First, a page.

Speeding up data storage by a thousand times with ‘spin current’

An artist impression of a laser pulse changing a magnetic bit

An artist impression of a laser pulse changing a magnetic bit

The storage capacity of hard drives is increasing explosively, but the speed with which all that data can be written has reached its limits.

Researchers at Eindhoven University of Technology (TU/e) and the FOM Foundation present a promising new technology which potentially allows data to be stored 1,000 times as fast in Nature Communications on 10 July. The technology, in which ultra-short laser pulses generate a ‘spin current’, also opens the way to future optical computer chips.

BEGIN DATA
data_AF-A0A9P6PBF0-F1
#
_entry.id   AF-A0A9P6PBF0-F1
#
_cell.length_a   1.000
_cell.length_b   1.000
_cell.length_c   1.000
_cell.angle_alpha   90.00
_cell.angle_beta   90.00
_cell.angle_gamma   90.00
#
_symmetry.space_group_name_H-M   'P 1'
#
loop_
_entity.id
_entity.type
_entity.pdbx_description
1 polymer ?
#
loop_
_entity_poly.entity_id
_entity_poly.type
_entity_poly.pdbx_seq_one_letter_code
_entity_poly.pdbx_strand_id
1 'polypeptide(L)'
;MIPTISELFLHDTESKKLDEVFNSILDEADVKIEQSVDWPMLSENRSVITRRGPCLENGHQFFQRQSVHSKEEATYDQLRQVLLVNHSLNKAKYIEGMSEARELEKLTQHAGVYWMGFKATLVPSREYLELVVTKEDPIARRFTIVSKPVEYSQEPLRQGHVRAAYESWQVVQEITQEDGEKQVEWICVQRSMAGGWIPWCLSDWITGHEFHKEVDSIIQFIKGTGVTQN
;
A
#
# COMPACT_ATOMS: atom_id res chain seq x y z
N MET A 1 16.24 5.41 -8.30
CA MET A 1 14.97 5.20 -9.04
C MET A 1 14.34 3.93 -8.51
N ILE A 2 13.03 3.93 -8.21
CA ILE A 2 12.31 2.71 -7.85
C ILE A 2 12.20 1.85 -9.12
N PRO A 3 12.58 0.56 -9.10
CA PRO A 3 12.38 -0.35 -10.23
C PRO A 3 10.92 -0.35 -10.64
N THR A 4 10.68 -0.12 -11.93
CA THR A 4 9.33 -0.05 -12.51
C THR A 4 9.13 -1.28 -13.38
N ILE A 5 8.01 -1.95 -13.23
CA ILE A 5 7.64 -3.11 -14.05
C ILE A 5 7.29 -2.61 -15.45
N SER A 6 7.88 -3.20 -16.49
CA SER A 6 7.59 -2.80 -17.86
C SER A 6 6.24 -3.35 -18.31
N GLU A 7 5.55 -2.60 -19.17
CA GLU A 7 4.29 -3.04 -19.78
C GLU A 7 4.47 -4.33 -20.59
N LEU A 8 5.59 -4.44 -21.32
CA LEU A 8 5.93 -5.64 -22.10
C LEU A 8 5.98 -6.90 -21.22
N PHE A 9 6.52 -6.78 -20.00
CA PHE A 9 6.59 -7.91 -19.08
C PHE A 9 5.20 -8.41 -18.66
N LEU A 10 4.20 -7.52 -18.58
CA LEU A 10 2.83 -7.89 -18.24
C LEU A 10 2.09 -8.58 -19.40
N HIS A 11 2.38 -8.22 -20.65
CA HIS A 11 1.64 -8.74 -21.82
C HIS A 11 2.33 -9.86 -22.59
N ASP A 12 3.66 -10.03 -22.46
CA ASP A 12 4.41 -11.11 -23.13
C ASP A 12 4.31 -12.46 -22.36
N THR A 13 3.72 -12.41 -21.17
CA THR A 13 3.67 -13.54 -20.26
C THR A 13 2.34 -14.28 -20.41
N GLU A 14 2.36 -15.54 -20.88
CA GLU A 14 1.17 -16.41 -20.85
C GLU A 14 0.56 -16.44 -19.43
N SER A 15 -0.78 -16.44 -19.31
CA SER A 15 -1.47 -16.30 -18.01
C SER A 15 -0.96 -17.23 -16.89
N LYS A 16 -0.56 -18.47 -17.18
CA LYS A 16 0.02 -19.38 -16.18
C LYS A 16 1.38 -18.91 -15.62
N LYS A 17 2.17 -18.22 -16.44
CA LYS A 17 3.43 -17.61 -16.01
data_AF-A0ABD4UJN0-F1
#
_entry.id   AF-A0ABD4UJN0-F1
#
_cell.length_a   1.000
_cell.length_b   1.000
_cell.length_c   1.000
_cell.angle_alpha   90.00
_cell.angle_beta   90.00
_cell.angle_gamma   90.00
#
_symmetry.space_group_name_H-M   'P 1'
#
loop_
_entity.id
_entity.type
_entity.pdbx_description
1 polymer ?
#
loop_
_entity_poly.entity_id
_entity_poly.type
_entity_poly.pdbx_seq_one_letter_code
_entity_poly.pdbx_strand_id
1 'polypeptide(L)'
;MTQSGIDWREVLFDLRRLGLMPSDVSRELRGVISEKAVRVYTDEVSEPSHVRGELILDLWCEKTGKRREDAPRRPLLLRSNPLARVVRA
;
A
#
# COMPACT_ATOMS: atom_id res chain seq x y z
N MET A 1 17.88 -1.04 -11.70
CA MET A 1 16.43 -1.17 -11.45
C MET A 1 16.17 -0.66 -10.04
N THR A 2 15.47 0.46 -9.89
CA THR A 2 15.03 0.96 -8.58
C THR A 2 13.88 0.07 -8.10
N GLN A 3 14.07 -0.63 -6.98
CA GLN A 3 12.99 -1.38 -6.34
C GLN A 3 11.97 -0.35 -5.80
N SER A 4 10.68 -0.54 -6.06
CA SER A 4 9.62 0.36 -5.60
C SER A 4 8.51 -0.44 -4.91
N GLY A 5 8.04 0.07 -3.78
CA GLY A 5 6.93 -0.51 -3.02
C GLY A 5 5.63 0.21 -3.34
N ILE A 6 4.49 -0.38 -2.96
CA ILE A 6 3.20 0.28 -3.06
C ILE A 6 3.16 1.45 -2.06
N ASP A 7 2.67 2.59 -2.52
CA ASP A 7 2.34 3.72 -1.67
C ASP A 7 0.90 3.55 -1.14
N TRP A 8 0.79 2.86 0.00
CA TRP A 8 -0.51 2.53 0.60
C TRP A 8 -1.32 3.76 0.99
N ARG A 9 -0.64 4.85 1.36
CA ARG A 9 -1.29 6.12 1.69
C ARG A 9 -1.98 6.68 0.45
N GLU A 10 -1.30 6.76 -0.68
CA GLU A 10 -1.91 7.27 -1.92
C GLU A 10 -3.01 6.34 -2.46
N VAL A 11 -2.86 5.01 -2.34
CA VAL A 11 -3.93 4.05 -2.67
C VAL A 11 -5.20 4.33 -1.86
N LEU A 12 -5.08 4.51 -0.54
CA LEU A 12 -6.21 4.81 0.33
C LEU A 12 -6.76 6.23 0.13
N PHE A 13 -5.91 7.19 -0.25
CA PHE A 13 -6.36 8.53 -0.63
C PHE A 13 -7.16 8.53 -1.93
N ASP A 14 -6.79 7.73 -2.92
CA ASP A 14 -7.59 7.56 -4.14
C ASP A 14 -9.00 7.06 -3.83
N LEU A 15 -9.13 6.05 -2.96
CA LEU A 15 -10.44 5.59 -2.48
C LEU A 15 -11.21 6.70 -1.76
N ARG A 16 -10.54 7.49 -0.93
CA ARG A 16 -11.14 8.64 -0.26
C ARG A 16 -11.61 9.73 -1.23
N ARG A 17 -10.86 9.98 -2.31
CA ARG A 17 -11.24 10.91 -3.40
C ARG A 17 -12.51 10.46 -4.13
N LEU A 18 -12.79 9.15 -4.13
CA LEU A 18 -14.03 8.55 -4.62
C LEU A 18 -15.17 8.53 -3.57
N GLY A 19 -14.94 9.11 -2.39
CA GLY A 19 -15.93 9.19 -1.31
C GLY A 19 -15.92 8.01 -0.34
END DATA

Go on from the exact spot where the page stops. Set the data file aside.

A thousand times faster

“The change in the magnetization is of the order of 100 femtoseconds, which is a factor 1,000 faster than what is possible with today’s technology”, says Schellekens. As well as that, the researchers were able to describe the physical processes that are involved in detail. “There was discussion among physicists about whether the generated spin current is actually able to cause the change in magnetization. We now definitely show that this is really the case”, says Schellekens.

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